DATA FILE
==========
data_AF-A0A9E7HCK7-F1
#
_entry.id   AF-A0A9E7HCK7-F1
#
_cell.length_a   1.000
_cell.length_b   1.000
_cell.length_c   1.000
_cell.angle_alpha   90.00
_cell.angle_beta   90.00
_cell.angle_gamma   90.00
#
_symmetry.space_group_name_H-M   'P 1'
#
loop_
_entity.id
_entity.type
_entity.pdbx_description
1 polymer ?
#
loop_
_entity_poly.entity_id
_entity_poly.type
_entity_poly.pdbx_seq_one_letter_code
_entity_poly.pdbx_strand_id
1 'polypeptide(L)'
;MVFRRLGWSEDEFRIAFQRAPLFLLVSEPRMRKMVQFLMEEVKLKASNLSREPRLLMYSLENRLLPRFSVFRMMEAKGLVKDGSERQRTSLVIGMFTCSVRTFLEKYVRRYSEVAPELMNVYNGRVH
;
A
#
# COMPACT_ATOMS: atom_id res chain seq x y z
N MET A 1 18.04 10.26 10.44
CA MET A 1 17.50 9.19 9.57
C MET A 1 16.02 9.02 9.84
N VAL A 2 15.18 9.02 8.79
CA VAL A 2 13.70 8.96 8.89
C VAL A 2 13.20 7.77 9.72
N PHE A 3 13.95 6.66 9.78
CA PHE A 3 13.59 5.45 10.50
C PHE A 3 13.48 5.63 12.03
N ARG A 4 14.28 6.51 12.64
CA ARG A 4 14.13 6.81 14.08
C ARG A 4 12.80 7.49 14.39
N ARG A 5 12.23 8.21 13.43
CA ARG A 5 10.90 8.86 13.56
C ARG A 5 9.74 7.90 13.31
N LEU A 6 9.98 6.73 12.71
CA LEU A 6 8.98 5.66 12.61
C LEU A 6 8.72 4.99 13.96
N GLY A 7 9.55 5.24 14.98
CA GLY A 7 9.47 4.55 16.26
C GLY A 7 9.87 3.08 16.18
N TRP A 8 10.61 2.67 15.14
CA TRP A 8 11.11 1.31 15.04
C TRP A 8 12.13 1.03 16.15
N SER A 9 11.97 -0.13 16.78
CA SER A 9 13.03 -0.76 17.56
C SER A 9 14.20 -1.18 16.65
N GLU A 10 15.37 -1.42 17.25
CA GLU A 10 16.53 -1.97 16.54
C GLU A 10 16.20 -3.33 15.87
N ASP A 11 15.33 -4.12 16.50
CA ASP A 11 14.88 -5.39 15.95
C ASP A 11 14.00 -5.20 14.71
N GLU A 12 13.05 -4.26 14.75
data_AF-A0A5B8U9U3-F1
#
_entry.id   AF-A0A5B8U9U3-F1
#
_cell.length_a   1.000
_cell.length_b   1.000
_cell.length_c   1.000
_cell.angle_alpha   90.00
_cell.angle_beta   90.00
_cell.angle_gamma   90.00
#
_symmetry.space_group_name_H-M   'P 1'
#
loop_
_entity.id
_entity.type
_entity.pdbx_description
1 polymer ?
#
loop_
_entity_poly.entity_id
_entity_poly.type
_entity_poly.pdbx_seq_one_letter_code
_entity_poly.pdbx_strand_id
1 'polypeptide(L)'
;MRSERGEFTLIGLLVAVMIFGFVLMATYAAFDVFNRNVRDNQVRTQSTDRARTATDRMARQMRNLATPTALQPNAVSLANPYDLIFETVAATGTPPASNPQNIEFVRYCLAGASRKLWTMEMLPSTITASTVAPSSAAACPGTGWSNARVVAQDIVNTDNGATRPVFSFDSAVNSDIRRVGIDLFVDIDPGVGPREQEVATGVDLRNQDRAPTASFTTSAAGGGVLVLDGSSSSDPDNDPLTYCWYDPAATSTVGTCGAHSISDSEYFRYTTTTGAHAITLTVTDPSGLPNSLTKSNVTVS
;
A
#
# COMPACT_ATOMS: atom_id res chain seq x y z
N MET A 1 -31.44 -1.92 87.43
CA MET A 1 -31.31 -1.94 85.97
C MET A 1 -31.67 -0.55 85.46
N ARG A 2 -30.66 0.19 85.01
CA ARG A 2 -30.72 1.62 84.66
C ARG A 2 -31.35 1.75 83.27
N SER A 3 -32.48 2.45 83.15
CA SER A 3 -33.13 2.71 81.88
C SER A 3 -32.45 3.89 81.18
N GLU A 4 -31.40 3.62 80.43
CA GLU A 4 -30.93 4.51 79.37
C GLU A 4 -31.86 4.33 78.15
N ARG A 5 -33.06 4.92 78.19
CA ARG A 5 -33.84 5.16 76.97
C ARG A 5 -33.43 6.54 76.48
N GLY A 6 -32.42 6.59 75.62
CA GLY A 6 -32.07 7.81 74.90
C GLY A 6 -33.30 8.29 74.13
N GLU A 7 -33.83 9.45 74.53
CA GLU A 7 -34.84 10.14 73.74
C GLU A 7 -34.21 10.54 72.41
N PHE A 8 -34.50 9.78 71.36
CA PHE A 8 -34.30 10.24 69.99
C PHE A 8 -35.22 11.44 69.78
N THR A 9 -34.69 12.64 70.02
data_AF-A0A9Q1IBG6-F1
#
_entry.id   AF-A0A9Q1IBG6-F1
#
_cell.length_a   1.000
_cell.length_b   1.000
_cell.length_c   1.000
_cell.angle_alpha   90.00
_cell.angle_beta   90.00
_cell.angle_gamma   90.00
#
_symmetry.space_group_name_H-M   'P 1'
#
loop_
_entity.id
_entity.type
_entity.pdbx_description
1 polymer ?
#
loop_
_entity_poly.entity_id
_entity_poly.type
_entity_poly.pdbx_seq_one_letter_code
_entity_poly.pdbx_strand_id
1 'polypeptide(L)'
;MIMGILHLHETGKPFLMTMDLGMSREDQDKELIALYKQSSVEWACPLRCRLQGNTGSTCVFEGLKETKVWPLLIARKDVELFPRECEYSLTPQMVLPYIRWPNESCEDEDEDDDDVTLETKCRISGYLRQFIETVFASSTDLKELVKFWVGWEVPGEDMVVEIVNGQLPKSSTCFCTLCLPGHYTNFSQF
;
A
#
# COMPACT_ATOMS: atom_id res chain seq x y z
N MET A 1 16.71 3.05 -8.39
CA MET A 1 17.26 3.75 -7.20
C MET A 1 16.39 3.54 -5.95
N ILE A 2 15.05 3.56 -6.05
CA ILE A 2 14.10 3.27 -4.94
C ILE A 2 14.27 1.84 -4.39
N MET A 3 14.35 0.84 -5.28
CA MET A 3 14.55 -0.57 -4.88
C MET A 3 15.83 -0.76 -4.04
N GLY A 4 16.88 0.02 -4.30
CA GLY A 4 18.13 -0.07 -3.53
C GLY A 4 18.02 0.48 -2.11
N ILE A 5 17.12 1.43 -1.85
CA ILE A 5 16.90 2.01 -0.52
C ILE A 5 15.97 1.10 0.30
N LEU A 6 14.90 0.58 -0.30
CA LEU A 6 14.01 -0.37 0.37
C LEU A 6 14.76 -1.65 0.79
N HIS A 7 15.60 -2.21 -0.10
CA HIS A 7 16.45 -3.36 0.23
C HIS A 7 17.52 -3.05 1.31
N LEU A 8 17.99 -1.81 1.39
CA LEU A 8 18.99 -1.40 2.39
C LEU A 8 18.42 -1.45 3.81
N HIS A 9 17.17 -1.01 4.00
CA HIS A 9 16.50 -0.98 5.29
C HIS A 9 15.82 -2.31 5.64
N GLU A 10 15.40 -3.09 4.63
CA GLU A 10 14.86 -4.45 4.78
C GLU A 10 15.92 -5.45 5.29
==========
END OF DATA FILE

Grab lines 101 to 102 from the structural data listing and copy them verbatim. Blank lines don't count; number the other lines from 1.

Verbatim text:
N SER A 3 -32.48 2.45 83.15
CA SER A 3 -33.13 2.71 81.88